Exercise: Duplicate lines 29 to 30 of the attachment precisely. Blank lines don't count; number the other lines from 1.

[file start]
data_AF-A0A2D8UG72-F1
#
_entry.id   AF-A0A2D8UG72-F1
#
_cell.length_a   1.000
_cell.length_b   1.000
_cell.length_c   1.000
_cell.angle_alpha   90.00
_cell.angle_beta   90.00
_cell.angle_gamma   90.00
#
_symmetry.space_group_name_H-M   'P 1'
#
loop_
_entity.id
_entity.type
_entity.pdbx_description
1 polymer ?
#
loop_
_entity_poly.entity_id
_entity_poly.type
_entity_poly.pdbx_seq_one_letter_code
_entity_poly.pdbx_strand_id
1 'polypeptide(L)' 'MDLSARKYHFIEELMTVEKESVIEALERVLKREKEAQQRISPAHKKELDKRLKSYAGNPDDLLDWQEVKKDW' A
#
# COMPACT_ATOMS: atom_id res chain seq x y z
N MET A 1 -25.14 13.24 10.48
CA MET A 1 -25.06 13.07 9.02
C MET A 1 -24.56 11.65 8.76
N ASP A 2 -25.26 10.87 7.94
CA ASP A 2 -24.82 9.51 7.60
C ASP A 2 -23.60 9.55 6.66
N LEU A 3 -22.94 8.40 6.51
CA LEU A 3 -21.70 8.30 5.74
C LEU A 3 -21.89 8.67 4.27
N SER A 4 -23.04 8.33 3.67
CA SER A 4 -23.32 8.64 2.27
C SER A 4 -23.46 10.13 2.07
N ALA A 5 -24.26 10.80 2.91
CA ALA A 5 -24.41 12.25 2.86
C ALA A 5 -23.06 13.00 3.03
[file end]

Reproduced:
CA MET A 1 -25.06 13.07 9.02
C MET A 1 -24.56 11.65 8.76